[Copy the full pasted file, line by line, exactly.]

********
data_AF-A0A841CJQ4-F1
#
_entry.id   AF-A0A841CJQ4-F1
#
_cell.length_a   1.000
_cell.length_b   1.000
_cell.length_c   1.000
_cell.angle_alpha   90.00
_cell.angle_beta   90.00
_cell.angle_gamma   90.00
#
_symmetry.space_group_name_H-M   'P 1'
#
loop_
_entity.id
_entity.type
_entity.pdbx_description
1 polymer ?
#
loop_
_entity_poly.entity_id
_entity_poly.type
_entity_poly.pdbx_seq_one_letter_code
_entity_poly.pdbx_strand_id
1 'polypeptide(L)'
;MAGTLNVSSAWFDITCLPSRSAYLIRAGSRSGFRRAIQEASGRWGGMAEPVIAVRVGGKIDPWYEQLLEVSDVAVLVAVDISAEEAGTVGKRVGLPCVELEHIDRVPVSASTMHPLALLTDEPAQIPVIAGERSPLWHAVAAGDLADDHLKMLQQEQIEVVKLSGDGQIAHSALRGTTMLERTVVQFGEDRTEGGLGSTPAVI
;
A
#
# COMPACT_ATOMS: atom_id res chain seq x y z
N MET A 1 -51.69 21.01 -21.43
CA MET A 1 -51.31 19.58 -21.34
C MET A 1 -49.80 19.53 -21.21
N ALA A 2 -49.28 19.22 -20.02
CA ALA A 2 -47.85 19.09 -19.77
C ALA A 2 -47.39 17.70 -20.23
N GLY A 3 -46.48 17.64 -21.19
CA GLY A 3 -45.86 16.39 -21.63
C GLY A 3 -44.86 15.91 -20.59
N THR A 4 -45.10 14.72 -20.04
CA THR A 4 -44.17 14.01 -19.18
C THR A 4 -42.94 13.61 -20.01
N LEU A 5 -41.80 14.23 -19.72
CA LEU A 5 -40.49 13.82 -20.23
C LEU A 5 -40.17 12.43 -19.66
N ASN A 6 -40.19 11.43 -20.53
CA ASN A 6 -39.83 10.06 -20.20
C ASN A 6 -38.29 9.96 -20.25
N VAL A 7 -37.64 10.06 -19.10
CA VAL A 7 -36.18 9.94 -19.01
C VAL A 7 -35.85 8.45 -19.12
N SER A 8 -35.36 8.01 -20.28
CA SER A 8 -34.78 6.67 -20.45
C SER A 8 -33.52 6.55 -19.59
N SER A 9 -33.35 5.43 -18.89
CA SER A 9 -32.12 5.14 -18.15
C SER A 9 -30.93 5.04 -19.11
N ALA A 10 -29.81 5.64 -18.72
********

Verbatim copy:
data_AF-A0A841CJQ4-F1
#
_entry.id   AF-A0A841CJQ4-F1
#
_cell.length_a   1.000
_cell.length_b   1.000
_cell.length_c   1.000
_cell.angle_alpha   90.00
_cell.angle_beta   90.00
_cell.angle_gamma   90.00
#
_symmetry.space_group_name_H-M   'P 1'
#
loop_
_entity.id
_entity.type
_entity.pdbx_description
1 polymer ?
#
loop_
_entity_poly.entity_id
_entity_poly.type
_entity_poly.pdbx_seq_one_letter_code
_entity_poly.pdbx_strand_id
1 'polypeptide(L)'
;MAGTLNVSSAWFDITCLPSRSAYLIRAGSRSGFRRAIQEASGRWGGMAEPVIAVRVGGKIDPWYEQLLEVSDVAVLVAVDISAEEAGTVGKRVGLPCVELEHIDRVPVSASTMHPLALLTDEPAQIPVIAGERSPLWHAVAAGDLADDHLKMLQQEQIEVVKLSGDGQIAHSALRGTTMLERTVVQFGEDRTEGGLGSTPAVI
;
A
#
# COMPACT_ATOMS: atom_id res chain seq x y z
N MET A 1 -51.69 21.01 -21.43
CA MET A 1 -51.31 19.58 -21.34
C MET A 1 -49.80 19.53 -21.21
N ALA A 2 -49.28 19.22 -20.02
CA ALA A 2 -47.85 19.09 -19.77
C ALA A 2 -47.39 17.70 -20.23
N GLY A 3 -46.48 17.64 -21.19
CA GLY A 3 -45.86 16.39 -21.63
C GLY A 3 -44.86 15.91 -20.59
N THR A 4 -45.10 14.72 -20.04
CA THR A 4 -44.17 14.01 -19.18
C THR A 4 -42.94 13.61 -20.01
N LEU A 5 -41.80 14.23 -19.72
CA LEU A 5 -40.49 13.82 -20.23
C LEU A 5 -40.17 12.43 -19.66
N ASN A 6 -40.19 11.43 -20.53
CA ASN A 6 -39.83 10.06 -20.20
C ASN A 6 -38.29 9.96 -20.25
N VAL A 7 -37.64 10.06 -19.10
CA VAL A 7 -36.18 9.94 -19.01
C VAL A 7 -35.85 8.45 -19.12
N SER A 8 -35.36 8.01 -20.28
CA SER A 8 -34.78 6.67 -20.45
C SER A 8 -33.52 6.55 -19.59
N SER A 9 -33.35 5.43 -18.89
CA SER A 9 -32.12 5.14 -18.15
C SER A 9 -30.93 5.04 -19.11
N ALA A 10 -29.81 5.64 -18.72